is Italian for "little toast" made with olive oil, salt and pepper. The Chef's latest recipe is sophisticated and simple, like a black evening dress -- a perfect party starter.

Black Olive Tapenade
is a quick budget appetizer that you can make your own. There are many variations that the Mediterranean region has adapted -- so feel free to do the same. If you have sun-dried tomatoes in oil, add it; don't like anchovies, leave them out; capers too expensive, add a little chopped garlic instead; got some window-box herbs, add a few sprigs.

This versatile appetizer can be served on your favorite cracker or cut pita triangle as a canape. It even goes well as an extra topping on The 99 Cent Chef's Pita Pizzas.
Black olives are a favorite budget item this black-tie-avoiding Chef never tires of.

Ingredients for Tapenade (serves 4)
1 15oz. can of pitted black olives - drained
1/3 cup of olive oil*
Pepper to taste

All the following ingredients are optional -- use any or all.

3 large sun dried tomato halves with oil
1 tsp. chopped garlic - jar or fresh
1 tbsp. chopped fresh herbs - including parsley, sage or oregano
1 tbsp. capers - drained
1 whole anchovy from can
1 tbsp. of Dijon mustard

2 French rolls - 6 inch size or just 1/2 loaf - sliced.
2 - 4 tbsp. olive oil
Salt and pepper to taste

Drizzle bread slices with olive oil and salt and pepper. Toast in oven or toaster oven for about 7 minutes at 350 degrees until lightly browned.

Directions for Tapenade

Simple, just combine all the ingredients you have on hand and blender, or food process, until finely chopped. Ready to serve on Crostini toast, crackers or pita triangles. You can prepare way ahead and store in the refrigerator. Allow to come to room temperature before serving.
*Ok to use less olive oil, too.

Wednesday, November 4, 2009

Roasted Pumpkin alla Fusilli

Stop! Don't throw that pumpkin away yet! The 99 Cent Chef has a delicious way to use the parts without melted candle wax -- a vegetarian delight of roasted pumpkin with fusilli (pasta). Roasted and scraped from the skin, the pumpkin's soft flesh is sweeter baked than boiled, and the color is a richer orange, too. Baked pumpkin is drier, so the pasta sauce will be chunkier, like mashed potatoes, and wedge itself in the coils of fusilli. This is a tasty and intense pasta sauce needing only a few more ingredients.

Stir roasted pumpkin into sauteed onion and garlic, then make it all sweeter with 99 cent white wine. Yes, white wine is back at 99c only Stores, and of the Italian variety! I tweeted about it two days ago. The drought is over! White wine is generally too sweet for this chef's palate, but the Fattoria il Palagio chardonnay is dry, just the way I like it - I bought a case and a half. The other Italian wine is Terre Palladiane, a pinot grigio, and it's sweeter, so I added a cup of it to the pumpkin sauce. Call your local 99c only Store first to see if there's any left; these Italian wines are worth every penny and I'm sure it will fly off the shelf.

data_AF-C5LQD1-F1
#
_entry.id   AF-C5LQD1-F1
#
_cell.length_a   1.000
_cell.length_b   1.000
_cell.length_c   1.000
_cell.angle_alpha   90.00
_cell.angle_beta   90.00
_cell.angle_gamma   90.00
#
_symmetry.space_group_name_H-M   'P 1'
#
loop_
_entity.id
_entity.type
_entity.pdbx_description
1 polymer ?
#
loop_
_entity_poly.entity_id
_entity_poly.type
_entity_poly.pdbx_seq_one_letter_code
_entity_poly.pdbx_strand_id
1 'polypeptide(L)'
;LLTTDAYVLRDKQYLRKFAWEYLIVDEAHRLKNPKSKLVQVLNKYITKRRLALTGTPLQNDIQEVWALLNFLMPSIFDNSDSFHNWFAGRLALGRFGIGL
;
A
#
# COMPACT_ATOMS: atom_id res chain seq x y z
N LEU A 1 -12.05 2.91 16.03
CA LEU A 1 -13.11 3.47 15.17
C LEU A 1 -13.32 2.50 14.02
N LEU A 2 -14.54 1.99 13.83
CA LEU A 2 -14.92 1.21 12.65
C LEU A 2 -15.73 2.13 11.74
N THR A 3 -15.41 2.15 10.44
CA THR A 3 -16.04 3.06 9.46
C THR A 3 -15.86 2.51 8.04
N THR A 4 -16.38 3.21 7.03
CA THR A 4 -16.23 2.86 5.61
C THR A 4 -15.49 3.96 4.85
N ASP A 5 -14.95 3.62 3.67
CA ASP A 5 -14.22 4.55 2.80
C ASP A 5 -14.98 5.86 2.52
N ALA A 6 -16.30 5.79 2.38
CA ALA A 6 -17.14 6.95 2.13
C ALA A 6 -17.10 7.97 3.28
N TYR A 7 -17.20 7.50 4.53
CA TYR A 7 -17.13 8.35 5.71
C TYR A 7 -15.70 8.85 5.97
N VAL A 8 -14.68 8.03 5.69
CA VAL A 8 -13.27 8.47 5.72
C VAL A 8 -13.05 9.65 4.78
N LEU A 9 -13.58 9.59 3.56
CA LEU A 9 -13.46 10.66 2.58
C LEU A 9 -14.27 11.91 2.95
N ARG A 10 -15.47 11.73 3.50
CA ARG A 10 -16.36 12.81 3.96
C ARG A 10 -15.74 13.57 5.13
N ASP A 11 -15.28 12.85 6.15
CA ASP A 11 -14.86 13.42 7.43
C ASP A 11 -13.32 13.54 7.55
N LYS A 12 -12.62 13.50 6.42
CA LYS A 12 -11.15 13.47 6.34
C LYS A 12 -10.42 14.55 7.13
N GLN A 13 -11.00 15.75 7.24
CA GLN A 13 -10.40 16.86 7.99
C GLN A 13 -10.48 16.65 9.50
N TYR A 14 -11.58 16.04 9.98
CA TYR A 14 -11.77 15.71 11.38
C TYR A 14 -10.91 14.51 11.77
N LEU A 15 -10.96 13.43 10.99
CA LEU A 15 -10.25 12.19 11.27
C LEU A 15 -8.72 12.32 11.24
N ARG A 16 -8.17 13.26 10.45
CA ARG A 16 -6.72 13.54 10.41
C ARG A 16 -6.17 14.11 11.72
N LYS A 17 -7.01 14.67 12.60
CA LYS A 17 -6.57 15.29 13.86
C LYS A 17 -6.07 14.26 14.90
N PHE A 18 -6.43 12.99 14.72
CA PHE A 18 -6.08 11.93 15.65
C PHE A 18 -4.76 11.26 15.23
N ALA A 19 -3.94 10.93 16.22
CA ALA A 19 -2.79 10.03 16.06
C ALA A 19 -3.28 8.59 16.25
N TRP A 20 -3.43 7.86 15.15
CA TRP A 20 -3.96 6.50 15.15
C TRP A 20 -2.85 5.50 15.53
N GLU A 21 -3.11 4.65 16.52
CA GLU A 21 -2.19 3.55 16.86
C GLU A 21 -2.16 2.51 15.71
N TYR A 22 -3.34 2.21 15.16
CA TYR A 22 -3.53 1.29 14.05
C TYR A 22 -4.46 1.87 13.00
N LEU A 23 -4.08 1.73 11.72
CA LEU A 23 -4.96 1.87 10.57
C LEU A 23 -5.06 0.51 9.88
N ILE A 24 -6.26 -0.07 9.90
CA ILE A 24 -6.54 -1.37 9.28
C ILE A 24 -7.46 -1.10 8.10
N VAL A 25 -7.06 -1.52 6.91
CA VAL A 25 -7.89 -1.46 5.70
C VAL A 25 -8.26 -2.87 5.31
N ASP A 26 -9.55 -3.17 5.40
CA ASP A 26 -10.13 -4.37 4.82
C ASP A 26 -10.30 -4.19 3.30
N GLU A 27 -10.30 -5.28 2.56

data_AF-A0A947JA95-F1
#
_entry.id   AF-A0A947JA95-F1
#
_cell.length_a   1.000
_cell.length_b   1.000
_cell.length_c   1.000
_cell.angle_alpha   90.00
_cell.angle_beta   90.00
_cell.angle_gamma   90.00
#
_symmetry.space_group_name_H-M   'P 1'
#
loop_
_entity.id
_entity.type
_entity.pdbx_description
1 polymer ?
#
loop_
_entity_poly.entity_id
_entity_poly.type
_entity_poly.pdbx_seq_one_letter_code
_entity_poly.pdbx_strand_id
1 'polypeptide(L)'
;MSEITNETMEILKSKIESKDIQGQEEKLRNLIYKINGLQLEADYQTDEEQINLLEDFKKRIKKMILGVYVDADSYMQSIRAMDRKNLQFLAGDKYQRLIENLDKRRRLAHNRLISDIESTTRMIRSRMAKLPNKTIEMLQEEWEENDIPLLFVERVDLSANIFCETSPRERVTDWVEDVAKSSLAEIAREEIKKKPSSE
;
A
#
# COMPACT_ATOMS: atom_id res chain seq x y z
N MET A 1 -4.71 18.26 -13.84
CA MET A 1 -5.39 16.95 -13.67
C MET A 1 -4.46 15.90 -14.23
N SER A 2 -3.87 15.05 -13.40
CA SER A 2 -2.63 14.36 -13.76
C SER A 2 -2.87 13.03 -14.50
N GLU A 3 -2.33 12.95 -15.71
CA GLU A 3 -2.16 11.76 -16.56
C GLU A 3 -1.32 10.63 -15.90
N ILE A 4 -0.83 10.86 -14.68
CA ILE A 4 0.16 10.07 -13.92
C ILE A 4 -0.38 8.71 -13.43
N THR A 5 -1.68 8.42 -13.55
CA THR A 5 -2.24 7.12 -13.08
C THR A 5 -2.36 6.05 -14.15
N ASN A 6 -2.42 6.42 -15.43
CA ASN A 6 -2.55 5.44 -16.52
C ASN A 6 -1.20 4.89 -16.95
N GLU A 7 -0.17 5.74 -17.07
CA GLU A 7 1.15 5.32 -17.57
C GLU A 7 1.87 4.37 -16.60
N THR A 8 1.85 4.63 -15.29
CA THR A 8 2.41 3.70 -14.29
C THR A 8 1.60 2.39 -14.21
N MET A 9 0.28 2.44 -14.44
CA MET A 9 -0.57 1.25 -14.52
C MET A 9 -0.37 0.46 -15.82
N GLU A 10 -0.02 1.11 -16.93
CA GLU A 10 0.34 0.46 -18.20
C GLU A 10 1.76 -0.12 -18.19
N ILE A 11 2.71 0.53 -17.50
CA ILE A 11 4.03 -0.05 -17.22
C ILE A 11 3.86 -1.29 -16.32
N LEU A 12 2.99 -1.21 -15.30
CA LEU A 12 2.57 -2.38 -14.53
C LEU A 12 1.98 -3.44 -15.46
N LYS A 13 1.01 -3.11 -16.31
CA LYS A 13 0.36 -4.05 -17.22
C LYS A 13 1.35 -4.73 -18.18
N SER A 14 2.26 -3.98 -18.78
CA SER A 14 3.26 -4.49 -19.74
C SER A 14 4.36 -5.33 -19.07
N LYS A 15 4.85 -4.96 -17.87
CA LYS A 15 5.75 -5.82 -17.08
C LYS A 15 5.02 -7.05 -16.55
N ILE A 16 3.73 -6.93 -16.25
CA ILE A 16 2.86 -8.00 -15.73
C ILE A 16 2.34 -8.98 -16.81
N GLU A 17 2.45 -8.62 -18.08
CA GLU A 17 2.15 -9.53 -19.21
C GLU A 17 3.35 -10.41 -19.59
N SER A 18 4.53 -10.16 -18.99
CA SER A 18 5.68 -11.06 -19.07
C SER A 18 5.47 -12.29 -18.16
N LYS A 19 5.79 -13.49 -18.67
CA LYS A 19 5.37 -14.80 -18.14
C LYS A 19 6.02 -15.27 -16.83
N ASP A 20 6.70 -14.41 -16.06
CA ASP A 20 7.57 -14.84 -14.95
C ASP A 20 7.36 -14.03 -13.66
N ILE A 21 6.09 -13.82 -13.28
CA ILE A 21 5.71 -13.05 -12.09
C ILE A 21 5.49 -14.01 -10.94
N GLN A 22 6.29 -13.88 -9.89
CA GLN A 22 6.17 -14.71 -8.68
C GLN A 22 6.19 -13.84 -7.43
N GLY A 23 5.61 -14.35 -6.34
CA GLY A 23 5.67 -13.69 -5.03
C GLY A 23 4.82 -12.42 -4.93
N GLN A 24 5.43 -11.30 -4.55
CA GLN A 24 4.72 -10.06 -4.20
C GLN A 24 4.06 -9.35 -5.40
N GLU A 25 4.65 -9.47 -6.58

The 99 Cent Chef would like to thank Mario Batali for the basic recipe concept; however, I think I improved it considerably with roasting and the addition of white wine. I also left out hot red chile flakes.

Of course, you can use acorn or butternut squash -- hey, try any type unique to your area, and tell the Chef how it works out. My recipe below serves four; if you used canned squash for a smaller serving, just cut other ingredients in half.

Ingredients (serves 3-4)
  • 4 cups of roasted pumpkin (butternut or acorn squash, or from the can).
  • 1/2 chopped onion
  • 1 tbsp. chopped garlic - fresh or from jar
  • 2 tbsp. olive oil for roasting
  • 1 tbsp. olive oil for sauteed onion and garlic
  • 1 cup of 99 cent white wine - ok to substitue with any stock or pasta water
  • 1 package of fusilla pasta - you can use any type of pasta you have, even speghetti.
  • 1/4 cup of 99 cent dried cheese blend or any parmesan you have on hand, to finish dish.
  • Salt and pepper to taste.

Break apart pumpkin, remove seeds and stringy membrane. Lay out cleaned pieces on a couple of flat cookie-type pans. Drizzle olive over both sides of pumpkin, salt and pepper, and turn all pieces flesh-side down with outer skin showing. This will keep the flesh from totally drying out. Bake at 350 degrees for one hour -- for thin skinned squash check after 45 minutes, it may be cooked enough. Remove from oven and allow to cool down.

In a large bowl, spoon out the roasted flesh from the skin. Due to roasting, the flesh will brown and even blacken. Remove the most blackened bits but keep the rest; it adds color and contrast to pasta sauce. Go ahead and taste how sweet the pumpkin is. You can serve it just like this, with a little butter of course, or puree with stock and cream for a soup. OK to freeze any you do not use.

Boil water for pasta and follow cooking directions. I reduce time for al dente pasta.

In a large pan, saute chopped onion and garlic in 1 tbsp. of oil for 5 minutes until soft. Add 4 cups of roasted pumpkin (or canned) and pour in 1 cup of white wine, broth or pasta water. Mix well, but leave pumpkin chunky. Heat through for about 5 minutes more until hot. Mix in cooked pasta and dried cheese blend or parmesan.